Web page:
It will come as no surprise to many of you that when it comes to business investment funding, Black women are often at the bottom of the pile. Joycelyn Mate and Rachael Corson, co-founders of Afrocenchix are tired of the status quo and speaking out about the inequality and challenges they have found in scaling up their business.
Afrocenchix is a multi award-winning natural hair care company for afro and curly hair. The duo started the company when they were both 19 with nothing but £50 each, scraped together from part time jobs at uni. Their huge vision has carried them through almost a decade of learning and developing to become the first brand for Afro Hair to launch in all UK Whole Foods stores last summer. In spite of their successes and accomplishments, they still struggle to gain access to the type of investment that would help take their business to the next level.
The tiny team of three full time staff and a carousel of interns currently make all of their products in-house. The company is now at a point where they are struggling to meet surging demand, even after a crowdfunding campaign earlier this year. On paper, they are ideal candidates for large scale investment to take the manufacturing out of their hands. Investment will allow them to grow the team and release new products their customers have been requesting for years. Despite having sold thousands of bottles to customers in more than 22 countries, finding investors to commit has proved to be a difficult task. Investors either claim it’s “too early” for investment or they just “don’t get” the problem.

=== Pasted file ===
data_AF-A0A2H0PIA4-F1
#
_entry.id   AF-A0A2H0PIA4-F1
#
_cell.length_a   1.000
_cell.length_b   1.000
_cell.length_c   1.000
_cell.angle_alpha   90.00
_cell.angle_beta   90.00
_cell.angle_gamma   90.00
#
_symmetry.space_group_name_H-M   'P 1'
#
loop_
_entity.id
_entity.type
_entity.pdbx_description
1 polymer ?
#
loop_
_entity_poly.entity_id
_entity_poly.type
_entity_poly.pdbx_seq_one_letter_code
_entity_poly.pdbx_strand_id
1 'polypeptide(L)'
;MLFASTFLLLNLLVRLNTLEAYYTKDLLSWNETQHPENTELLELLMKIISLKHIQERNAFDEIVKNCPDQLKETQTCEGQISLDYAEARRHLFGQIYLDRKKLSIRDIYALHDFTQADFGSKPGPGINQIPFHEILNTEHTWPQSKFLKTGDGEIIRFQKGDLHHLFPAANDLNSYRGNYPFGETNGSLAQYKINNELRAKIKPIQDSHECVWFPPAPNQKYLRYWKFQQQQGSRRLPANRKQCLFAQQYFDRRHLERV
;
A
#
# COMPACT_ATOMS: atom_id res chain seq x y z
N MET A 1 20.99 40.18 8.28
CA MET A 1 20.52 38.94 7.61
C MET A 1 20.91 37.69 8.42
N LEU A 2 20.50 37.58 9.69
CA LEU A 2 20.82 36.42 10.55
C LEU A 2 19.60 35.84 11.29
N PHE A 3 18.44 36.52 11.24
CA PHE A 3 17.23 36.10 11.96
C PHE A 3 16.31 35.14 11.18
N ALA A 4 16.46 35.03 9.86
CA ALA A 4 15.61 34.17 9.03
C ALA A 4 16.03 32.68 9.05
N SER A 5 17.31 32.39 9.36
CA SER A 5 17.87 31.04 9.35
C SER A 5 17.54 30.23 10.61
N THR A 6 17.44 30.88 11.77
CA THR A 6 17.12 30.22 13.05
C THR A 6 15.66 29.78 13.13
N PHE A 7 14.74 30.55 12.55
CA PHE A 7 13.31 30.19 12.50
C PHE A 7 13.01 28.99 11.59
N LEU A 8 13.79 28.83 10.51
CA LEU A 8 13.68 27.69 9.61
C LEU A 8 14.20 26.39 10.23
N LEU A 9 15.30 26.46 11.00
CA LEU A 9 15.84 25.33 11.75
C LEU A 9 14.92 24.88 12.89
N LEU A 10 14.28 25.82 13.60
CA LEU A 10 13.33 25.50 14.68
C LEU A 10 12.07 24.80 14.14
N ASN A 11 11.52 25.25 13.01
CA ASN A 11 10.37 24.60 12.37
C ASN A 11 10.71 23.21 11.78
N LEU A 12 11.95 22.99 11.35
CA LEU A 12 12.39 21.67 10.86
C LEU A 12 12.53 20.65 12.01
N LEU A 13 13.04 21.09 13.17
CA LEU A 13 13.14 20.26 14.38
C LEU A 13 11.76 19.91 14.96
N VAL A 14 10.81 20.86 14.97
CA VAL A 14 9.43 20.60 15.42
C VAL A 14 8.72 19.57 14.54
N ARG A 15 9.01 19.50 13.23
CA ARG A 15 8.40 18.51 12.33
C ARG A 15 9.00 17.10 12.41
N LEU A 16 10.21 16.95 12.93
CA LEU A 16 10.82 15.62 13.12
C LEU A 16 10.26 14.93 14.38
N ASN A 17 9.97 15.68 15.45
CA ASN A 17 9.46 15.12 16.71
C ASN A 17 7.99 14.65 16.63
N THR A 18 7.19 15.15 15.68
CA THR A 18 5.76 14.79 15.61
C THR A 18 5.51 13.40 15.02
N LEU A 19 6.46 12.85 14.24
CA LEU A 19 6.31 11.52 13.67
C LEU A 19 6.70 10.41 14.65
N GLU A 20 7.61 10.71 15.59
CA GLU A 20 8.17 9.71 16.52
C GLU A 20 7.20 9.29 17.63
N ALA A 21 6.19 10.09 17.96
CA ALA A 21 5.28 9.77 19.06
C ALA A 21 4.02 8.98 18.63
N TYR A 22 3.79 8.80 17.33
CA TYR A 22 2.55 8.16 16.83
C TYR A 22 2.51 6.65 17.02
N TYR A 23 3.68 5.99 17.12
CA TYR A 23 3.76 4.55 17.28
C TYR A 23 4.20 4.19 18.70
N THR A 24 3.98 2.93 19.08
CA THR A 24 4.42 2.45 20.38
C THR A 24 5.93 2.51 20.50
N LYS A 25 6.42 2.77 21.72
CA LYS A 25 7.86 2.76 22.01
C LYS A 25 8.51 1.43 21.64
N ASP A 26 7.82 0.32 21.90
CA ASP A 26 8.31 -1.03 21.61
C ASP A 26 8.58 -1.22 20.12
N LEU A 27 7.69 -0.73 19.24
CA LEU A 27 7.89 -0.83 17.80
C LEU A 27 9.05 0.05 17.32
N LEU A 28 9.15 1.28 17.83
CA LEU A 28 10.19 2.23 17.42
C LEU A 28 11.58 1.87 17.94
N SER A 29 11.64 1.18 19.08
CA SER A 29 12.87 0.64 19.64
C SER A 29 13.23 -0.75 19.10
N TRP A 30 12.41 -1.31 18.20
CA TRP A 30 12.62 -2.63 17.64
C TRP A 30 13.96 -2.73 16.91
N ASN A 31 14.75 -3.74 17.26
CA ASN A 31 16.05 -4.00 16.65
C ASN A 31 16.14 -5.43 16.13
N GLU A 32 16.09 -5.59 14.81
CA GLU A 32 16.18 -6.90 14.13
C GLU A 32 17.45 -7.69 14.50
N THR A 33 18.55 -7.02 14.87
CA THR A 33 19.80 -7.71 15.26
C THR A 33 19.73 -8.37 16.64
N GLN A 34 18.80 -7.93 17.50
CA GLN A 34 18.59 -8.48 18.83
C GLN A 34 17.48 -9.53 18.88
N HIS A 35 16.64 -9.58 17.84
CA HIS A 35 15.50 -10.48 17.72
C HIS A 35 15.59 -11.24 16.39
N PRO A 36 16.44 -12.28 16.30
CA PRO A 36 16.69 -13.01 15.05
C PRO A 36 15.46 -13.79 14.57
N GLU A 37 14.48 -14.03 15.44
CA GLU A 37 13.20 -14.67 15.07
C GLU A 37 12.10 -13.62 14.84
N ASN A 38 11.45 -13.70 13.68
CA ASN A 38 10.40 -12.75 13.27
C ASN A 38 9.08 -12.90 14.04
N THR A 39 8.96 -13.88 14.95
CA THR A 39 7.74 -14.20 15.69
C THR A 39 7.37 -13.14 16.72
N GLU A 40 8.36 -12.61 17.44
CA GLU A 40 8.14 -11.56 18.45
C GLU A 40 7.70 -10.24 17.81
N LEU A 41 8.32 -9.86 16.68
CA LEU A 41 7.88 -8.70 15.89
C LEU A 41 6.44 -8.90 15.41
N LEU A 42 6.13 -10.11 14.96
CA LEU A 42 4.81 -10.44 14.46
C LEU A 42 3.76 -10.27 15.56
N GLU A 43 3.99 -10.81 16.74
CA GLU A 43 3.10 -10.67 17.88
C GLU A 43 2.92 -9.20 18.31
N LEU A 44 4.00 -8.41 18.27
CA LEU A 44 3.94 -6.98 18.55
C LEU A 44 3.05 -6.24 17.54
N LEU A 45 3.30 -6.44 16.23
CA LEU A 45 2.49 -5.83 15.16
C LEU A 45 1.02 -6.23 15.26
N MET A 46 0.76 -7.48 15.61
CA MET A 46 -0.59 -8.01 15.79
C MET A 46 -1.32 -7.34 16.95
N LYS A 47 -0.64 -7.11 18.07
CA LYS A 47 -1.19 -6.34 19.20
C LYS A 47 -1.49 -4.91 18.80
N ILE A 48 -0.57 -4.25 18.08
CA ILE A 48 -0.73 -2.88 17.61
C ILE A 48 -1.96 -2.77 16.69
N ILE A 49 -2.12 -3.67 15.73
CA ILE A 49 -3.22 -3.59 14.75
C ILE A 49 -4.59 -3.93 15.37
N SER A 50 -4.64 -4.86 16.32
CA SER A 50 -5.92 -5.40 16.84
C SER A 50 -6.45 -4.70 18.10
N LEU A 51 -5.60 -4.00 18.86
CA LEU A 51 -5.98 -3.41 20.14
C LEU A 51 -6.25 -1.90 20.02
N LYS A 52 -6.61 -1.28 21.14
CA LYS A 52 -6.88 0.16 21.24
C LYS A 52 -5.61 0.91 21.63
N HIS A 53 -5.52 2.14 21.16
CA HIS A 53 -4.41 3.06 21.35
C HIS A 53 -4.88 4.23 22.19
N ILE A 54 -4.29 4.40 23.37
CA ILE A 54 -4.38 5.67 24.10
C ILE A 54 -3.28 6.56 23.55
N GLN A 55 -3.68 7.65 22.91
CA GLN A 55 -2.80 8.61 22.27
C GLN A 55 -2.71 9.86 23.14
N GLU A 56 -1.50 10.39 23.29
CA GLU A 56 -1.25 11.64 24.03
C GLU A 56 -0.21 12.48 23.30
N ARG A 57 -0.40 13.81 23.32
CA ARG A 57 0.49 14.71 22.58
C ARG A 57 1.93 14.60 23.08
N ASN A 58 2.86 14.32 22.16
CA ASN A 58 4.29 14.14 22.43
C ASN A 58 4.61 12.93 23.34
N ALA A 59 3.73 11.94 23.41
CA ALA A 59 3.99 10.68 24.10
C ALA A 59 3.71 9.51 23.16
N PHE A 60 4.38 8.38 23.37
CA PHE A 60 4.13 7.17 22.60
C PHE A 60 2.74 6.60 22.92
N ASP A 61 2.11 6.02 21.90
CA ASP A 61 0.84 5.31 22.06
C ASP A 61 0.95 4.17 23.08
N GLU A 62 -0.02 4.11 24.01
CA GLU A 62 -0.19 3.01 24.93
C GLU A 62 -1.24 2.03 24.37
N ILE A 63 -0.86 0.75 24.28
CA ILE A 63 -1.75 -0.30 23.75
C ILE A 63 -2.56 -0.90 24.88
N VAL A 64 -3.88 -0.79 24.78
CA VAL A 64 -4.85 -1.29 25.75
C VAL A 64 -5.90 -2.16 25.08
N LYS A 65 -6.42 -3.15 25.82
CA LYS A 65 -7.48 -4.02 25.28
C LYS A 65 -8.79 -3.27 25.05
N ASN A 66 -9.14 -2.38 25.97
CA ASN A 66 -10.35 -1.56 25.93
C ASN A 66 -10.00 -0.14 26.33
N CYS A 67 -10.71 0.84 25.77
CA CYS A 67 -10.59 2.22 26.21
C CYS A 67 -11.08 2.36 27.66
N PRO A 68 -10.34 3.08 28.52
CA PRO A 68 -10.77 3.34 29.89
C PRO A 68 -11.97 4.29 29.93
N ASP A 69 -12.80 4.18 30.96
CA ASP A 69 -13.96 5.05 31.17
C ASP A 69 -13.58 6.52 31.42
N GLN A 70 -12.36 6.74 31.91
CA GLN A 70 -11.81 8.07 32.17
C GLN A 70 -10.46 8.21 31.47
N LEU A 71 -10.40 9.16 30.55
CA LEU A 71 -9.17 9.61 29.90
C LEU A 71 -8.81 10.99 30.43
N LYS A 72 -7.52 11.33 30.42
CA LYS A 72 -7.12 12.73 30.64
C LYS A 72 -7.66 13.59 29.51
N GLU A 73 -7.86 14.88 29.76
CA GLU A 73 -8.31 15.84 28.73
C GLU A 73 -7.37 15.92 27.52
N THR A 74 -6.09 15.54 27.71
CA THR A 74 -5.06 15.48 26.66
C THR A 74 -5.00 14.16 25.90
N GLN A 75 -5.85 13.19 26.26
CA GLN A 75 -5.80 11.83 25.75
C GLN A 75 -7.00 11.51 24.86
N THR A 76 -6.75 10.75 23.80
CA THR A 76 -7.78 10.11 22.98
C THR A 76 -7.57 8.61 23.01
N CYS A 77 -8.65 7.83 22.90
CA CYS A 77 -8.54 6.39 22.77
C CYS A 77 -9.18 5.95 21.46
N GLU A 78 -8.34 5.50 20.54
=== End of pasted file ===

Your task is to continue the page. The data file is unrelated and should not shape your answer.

In a statement, the ladies said: “Our experience, as well as the data, shows that it’s near impossible for Black women in business to get money to scale through traditional avenues. Especially if you are running a business that’s serving other Black British women. There has been a lot of talk recently about inequality in business investment for women, but Black women are often left out of the narrative.”
They continued: “We often watch “pre-revenue” White Oxbridge male peers receive millions in investment (and watch many go on to quit/fail) whilst we’re told “the market just isn’t big enough” or “the team lacks experience” despite the fact we’ve spent a decade changing a market valued at £4.2B in the UK alone. We’ve been quoted 20% and over for loans. We’ve had an investment offer from a competitor in the space, but it didn’t align with our values and the equity ask was massive, so we politely declined. We currently have some Angels and VCs considering our proposition but it’s important to raise money on our terms to achieve our aim of reclaiming the Afro Hair industry and ensuring that safe, effective and affordable products become the norm.”
“We often watch “pre-revenue” White Oxbridge male peers receive millions in investment (and watch many go on to quit/fail) whilst we’re told “the market just isn’t big enough” or “the team lacks experience” despite the fact we’ve spent a decade changing a market valued at £4.2B in the UK alone.”
The recent phenomenon of Rihanna’s domination of the beauty market through her Fenty Beauty brand shows the buying power of women of colour. It simply does not make financial sense to overlook tried and tested businesses like Afrocenchix.